Behind Enemy Lines is a weekly look at Tampa Bay’s NFC South foes every Tuesday morning. Let’s spy on the Bucs’ division rivals, shall we?
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• Once an important catalyst that helped the Falcons reach the Super Bowl three years ago, running back Devonta Freeman’s time in Atlanta is likely coming to an end. Freeman signed a new contract prior to the 2018 season, but injuries have taken a toll and the former Seminoles star has played in just 16 games over the last two seasons, rushing for 724 yards and two touchdowns and with 433 receiving yards. Freeman is set to count $9.5 million against the cap this year, and with the Falcons struggling with a bit of a budget crunch this offseason, look for Freeman to be released before the new league year begins on March 18.
• Other potential Falcons cuts include tackle Ty Sambrilo, defensive lineman Allen Bailey, former Bucs tight end Luke Stocker, and there are even some rumblings about center Alex Mack and his $8 million cap value being scrutinized as a possibility to be cut or traded.
• The Falcons have 23 players scheduled to be free agents in 2020 and that list includes tight end Austin Hooper, running back Kenjon Barner, wide receiver Justin Hardy, defensive end Adrian Clayborn and punter Matt Bosher among them. The Falcons have needs at numerous positions, and particularly desperate for pass rush help, but with limited cap space, it will be difficult for Atlanta to retain many of its own players – much less add a splash signing that could bolster the team’s anemic pass rush (28 sacks in 2019).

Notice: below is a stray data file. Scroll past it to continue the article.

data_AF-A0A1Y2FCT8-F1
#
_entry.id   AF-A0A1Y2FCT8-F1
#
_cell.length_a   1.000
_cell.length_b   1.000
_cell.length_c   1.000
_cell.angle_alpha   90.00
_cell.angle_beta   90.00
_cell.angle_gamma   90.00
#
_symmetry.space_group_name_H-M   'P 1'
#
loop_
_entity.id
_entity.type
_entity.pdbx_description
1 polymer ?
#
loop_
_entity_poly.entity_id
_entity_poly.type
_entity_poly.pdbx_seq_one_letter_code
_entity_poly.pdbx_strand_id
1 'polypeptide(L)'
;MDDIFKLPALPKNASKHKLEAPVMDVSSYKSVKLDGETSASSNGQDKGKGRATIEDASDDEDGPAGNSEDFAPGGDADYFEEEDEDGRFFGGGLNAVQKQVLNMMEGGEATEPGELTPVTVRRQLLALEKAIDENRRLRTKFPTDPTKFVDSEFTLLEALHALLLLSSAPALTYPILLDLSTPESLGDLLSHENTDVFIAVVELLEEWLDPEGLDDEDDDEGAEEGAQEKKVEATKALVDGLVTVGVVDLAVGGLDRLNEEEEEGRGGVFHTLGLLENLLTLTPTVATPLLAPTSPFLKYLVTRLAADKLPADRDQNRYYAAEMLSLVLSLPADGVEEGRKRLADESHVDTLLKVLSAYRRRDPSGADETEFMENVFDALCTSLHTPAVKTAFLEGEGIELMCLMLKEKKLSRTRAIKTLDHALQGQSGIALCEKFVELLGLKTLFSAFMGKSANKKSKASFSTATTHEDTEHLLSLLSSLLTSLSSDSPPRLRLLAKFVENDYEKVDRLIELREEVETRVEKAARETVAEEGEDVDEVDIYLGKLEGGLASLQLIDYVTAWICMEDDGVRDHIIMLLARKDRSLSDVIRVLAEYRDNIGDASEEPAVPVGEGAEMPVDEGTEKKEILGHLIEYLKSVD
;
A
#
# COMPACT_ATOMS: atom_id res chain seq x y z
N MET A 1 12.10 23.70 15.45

• With a need to get pressure on opposing quarterbacks, the majority of the mocks drafts have the Falcons taking an edge rusher. One of the names that keeps popping up is LSU’s K’Lavon Chaisson if he falls to the Falcons. Alabama pass rusher Terrell Lewis’ name has also been one to note, as has South Carolina defensive tackle Javon Kinlaw.
• There hasn’t been a decision made on the future of Cam Newton in Carolina as of yet. However, NFL Network’s Ian Rapport said on Monday that inside sources believe that Newton’s foot that required surgery would be in good enough shape for him to resume some type of football activity by next month. Should he pass a physical in March, a healthy Newton could open up the door for the team to look at potential trade scenarios, and Rapport mentioned the Buccaneers as a possibly suitor for Newton’s services if the Buccaneers do move on from Jameis Winston. Newton is scheduled to count $21 million against the cap in 2020.